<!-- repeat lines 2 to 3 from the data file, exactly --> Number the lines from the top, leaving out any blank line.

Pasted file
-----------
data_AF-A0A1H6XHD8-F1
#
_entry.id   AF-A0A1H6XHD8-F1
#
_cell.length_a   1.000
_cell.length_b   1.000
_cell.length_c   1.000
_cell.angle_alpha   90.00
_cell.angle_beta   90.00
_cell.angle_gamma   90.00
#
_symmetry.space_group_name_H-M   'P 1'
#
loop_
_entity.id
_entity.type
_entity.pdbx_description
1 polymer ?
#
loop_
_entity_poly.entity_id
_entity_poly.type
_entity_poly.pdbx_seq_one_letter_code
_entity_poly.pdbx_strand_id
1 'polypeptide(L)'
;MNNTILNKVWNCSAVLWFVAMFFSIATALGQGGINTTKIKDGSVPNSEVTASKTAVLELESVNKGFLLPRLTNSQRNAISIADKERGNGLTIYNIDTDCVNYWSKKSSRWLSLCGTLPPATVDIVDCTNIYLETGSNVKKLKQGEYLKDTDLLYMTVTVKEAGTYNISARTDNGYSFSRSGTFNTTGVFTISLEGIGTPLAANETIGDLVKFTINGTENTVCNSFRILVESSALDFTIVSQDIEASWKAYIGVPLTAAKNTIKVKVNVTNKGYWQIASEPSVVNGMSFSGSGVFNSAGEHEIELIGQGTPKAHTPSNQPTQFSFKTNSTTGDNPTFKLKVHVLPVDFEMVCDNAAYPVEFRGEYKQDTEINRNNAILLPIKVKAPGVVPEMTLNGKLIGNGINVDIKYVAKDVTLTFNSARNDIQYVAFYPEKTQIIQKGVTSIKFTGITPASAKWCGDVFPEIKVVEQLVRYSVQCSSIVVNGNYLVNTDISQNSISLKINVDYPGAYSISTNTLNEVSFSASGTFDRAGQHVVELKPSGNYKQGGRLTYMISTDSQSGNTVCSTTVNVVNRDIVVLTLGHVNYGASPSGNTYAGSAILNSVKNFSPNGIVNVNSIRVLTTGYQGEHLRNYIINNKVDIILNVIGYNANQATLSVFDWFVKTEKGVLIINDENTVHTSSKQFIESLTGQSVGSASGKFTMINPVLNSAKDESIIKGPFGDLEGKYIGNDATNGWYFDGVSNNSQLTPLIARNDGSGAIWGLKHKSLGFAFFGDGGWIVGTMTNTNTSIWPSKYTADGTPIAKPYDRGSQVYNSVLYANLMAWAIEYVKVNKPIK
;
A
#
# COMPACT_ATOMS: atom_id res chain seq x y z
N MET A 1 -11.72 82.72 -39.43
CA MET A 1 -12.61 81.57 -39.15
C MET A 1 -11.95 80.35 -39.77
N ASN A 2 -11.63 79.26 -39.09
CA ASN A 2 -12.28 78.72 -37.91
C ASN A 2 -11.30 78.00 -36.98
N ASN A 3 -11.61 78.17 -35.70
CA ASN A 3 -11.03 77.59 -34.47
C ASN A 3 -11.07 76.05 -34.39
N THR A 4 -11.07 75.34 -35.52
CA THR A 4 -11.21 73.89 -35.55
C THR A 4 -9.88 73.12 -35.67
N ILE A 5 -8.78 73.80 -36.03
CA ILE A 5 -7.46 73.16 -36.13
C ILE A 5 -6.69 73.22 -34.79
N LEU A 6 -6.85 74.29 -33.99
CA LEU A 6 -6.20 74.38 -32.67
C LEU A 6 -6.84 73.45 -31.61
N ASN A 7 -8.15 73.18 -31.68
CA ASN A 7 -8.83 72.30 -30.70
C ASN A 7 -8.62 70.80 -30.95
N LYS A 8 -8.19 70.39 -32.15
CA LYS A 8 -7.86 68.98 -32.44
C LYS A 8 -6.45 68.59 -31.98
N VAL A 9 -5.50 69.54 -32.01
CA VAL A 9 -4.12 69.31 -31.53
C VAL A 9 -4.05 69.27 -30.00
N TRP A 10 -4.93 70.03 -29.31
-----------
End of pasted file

#
_entry.id   AF-A0A1H6XHD8-F1